Some memories remain bright despite the passage of time. My trip to San Antonio for the “Berlioz and Barzun” concert is as vivid today as it was while living it. So the passage of a few weeks till I could find this time to preserve parts of the experience with words matters very little.
South Texas temperatures in the low 80s felt mild to residents, but caliente to anyone acclimated to coastal Alaska over the last dozen years. Remembering the summer heat of my childhood and adding a short-sleeved shirt to my long-sleeved wardrobe eased the abrupt transition. Just as fall weather on the Beaufort Sea coast is imprinted on my last trip to Barrow, climate clings to my spring experience of San Antonio.
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Making both weekend flights as far as Seattle, I expected the rest of the connections would be easy and Monday in San Antonio to be free. While waiting in the SEATAC terminal for the Austin flight, I took advantage of the free WiFi to post a reply to Eric Robert Morse’s 27 April proposal of a Jacques Barzun Book Club. In essence I said, ‘How about an inaugural meeting tomorrow night in San Antonio?’
Eric’s affirmative answer came in just twenty minutes, but I’d already shut down my devices. By the time I landed in Austin and boarded Amtrak, he’d come up with a great location perched above the city’s Riverwalk: the Citrus bar and restaurant in the Hotel Valencia. Just thirteen minutes after I saw Eric’s post about the venue and answered “Perfecto”, Leo Wong posted a freighted question: “You’ll tell the great man about this at the Berlioz and Barzun concert?” By that time, however, I’d left the Facebook site and was climbing into a taxi. So I didn’t see Leo’s question until the next day.
I expected no such opportunity to speak with Barzun, as I’d written to JB’s friend and fellow Berlioz authority Peter Bloom: “I doubt that I’ll get the chance to speak with Jacques. I imagine that many family members and close friends will attend and it would be inconsiderate for me to impose upon the grand old man. Simply attending the concert will spend much of his available energy, I suppose. It will have to be enough to hear Berlioz with Barzun, and lay eyes upon Jacques if I’m lucky.” Instead, the prospect of enjoying face-to-face conversation about Barzun was my sojourn’s delightful lagniappe.
I awoke Monday morning, sipped some coffee, and turned on the computer, wondering how to reply to Leo’s Facebook query. First I opened email and discovered something stronger than caffeine. A brief note from Leo contained this potent sentence: “Mrs. Barzun wants you to say hello to them and to attend the little party afterwards.” What a wonderful shock! My heart raced, believe it or not, like a teenager whose crush has just agreed to a date.
That Monday held other surprises. Whether walking to Rivercenter or dropping off a suit at the cleaner’s, I felt a deep contentment. Rather than euphoria I enjoyed a continuous feeling of rightness about it all: the improbable trip, the chance to “talk Jacques” that evening, and the opportunity to meet the Barzuns the following night. Almost twenty years earlier, in my first letter to Professor Barzun, I confessed a desire to shake his hand so I could say that I had once touched greatness. Since then, and before then, it has been a common experience to encounter blank looks when mentioning my favorite author. Any discussion that followed could only be rudimentary. Here, however, I was in the right place, at the right time, and among the right people for real conversation. I found myself looking forward to the inaugural meeting of the Barzun Book Club every bit as much as the audience with Jacques the next night.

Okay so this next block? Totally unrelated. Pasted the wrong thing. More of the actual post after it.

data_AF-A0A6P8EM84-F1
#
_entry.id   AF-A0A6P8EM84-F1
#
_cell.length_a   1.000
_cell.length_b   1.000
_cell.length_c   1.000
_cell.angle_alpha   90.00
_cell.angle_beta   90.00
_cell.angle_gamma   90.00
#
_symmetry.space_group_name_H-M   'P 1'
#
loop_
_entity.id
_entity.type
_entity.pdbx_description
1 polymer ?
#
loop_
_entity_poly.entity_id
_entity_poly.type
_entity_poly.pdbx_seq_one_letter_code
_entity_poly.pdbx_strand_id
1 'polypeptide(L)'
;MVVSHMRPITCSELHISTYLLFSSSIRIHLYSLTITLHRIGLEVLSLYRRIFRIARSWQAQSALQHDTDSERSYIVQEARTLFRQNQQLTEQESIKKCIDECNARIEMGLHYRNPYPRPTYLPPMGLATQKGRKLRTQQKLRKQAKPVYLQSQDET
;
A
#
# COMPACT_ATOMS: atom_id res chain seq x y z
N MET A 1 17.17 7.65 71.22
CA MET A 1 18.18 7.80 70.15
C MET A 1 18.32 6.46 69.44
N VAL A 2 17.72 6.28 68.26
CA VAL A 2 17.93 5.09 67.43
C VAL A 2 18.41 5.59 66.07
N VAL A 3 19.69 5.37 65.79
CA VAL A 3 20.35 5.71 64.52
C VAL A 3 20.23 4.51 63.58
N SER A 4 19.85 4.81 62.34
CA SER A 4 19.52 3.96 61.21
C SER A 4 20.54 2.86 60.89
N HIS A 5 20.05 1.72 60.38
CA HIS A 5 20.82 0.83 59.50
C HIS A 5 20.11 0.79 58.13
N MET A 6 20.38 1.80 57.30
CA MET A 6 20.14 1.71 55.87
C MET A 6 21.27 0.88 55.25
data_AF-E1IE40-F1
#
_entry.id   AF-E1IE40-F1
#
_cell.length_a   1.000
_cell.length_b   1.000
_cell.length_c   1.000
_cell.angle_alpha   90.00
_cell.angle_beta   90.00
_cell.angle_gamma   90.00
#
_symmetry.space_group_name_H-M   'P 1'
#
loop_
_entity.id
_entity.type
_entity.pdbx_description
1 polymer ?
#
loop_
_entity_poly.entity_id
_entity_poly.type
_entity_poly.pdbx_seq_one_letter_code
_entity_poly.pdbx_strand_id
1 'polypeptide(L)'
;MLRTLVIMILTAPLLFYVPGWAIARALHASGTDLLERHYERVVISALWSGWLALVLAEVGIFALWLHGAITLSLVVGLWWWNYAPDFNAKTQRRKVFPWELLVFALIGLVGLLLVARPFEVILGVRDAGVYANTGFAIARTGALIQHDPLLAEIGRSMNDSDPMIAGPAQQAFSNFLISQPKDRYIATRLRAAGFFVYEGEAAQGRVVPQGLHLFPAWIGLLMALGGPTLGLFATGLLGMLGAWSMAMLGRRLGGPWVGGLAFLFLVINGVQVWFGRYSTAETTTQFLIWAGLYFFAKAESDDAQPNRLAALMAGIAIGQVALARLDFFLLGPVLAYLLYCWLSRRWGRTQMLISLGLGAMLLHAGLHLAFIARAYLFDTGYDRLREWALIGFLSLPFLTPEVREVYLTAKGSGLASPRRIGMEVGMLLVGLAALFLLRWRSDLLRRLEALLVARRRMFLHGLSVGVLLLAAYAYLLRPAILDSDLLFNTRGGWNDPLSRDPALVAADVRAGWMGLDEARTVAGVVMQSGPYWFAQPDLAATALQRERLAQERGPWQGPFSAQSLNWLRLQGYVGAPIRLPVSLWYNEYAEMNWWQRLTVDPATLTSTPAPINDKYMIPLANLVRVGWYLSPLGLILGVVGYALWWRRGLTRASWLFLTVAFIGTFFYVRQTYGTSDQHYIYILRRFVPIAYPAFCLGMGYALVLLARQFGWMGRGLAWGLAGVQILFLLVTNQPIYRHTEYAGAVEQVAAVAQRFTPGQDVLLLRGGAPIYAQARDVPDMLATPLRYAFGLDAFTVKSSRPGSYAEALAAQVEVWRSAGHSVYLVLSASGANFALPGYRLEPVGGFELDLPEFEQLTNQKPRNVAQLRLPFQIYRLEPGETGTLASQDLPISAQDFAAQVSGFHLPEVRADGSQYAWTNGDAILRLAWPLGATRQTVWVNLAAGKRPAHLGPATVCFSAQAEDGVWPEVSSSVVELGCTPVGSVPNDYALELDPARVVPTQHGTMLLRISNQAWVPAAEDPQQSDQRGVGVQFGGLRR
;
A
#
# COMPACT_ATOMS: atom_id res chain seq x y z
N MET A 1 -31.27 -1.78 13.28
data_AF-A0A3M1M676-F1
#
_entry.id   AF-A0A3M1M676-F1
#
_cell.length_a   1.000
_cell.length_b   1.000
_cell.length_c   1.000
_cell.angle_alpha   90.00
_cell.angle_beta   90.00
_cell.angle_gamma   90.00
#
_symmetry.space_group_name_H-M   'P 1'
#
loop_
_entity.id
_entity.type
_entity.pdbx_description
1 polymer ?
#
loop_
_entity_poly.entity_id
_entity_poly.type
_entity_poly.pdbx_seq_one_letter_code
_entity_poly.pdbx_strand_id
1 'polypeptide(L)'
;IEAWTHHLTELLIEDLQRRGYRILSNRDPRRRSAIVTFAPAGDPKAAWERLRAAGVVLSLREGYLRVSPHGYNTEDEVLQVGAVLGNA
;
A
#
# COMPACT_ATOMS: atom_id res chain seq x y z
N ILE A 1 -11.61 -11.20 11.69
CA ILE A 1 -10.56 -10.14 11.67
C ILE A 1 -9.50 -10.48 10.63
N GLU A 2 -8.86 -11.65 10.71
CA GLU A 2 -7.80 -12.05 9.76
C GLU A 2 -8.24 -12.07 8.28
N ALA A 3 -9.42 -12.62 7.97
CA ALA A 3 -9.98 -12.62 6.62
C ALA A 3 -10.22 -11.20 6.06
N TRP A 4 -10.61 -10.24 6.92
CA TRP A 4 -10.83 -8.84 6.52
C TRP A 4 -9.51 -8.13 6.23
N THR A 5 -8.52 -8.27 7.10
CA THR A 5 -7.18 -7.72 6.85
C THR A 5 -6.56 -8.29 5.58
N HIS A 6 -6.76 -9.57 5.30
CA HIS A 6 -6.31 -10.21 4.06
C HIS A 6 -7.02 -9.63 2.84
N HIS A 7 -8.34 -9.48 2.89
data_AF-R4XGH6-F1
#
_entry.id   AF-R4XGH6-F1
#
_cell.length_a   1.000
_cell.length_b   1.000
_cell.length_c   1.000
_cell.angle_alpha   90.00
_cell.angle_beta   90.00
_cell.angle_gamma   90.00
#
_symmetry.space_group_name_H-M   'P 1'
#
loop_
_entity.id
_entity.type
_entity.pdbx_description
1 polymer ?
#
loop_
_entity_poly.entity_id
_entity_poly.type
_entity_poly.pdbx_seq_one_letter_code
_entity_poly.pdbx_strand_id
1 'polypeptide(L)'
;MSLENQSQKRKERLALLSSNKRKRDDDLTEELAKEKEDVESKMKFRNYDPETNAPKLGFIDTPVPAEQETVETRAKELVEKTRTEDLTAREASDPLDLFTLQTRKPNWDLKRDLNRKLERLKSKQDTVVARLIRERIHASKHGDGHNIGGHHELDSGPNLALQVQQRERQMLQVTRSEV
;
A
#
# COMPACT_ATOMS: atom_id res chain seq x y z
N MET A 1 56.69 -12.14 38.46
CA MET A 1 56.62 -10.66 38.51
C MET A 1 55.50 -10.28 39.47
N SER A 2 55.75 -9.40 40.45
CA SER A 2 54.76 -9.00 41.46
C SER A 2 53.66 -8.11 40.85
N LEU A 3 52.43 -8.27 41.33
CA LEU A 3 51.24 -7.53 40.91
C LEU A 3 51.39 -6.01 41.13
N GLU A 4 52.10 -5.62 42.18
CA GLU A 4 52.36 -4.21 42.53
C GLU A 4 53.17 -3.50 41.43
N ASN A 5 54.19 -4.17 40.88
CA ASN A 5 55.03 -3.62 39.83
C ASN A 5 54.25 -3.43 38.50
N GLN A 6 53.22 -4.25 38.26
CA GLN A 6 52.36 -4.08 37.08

The stroll from my hotel to the Valencia was delightful. The sun that still would be high in an Alaskan sky just five weeks from the summer solstice was dipping toward the Texas horizon. I entered from East Houston Street, climbed a flight of stairs, and glanced into the bar and restaurant for anyone resembling the working author of Mr. Morse’s Facebook avatar. Just one party of four sat in the dining room and the hostess did not see his name among the reservations. So I repaired to the bar for a pint of ice water poured by a genial bartender. Seeing the frequent glances I cast over my shoulder toward the hostess station, he agreed to help with the lookout. When asked the natural question about the reason for my travel I told him about the symphony’s “Berlioz and Barzun” concert. Still in his early thirties, he hadn’t heard of the author whose last bestseller made headlines a dozen years ago.
An older hotel guest took her seat a couple of stools down. She greeted the barkeep by name and chatted with him for a minute while I cooked up an analogy. A waitress still in her twenties had stepped up to the bar’s server station just to my left. As the bartender filled her order I asked who she thought was today’s handsomest actor. You can tell that I’m not making this up because she named Jason Bateman and Johnny Depp. I asked whether she had seen any of Paul Newman’s movies. She had not, but the bartender remembered the Oscar winning actor from “The Color of Money” (with Tom Cruise). The lady to my right recalled a younger Fast Eddie Felson in “The Hustler” (1961) and other films. Her smile and gleaming eyes were the best recommendation imaginable for a classic movie hunk. Reputations fade when audiences change, as Barzun often points out, but can be restored with the kind of appreciative critical attention he gave to Berlioz.
Looking again for Eric Morse without success, I sat back down at the bar and ordered a Shiner Bock. My next shot would be with a smartphone.